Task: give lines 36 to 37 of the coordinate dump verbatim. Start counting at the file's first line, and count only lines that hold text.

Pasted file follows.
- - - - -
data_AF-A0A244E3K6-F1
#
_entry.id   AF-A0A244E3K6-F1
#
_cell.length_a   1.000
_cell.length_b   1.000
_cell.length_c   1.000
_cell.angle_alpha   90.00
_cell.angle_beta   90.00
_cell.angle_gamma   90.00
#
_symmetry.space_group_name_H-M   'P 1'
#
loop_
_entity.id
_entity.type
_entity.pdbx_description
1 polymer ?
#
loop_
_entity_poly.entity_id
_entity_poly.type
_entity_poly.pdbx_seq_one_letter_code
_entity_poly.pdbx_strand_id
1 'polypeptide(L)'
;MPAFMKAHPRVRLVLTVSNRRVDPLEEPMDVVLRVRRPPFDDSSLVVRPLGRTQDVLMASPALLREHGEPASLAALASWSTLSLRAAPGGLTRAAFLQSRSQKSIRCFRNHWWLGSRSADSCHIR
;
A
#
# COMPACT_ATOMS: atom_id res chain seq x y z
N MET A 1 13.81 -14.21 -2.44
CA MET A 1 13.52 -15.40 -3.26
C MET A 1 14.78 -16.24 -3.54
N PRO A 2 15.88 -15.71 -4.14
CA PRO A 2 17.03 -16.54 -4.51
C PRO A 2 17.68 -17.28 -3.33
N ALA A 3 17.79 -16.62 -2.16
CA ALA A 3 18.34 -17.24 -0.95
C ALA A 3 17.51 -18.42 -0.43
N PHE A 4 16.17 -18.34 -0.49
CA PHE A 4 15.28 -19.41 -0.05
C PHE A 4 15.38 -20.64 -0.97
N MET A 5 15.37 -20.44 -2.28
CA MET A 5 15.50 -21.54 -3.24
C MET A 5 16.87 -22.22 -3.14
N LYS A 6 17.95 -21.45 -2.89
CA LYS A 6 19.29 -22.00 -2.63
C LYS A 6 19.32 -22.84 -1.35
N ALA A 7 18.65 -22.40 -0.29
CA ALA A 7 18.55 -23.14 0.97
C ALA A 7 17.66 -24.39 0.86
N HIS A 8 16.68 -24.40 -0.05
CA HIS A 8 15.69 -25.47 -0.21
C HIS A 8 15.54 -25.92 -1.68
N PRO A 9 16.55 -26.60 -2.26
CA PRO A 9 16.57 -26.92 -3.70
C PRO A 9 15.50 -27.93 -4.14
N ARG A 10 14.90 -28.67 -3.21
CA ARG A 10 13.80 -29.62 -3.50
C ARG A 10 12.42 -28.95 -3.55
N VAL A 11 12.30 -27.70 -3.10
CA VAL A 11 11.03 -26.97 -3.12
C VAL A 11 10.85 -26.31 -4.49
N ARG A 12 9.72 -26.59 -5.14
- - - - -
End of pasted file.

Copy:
C PRO A 2 17.68 -17.28 -3.33
N ALA A 3 17.79 -16.62 -2.16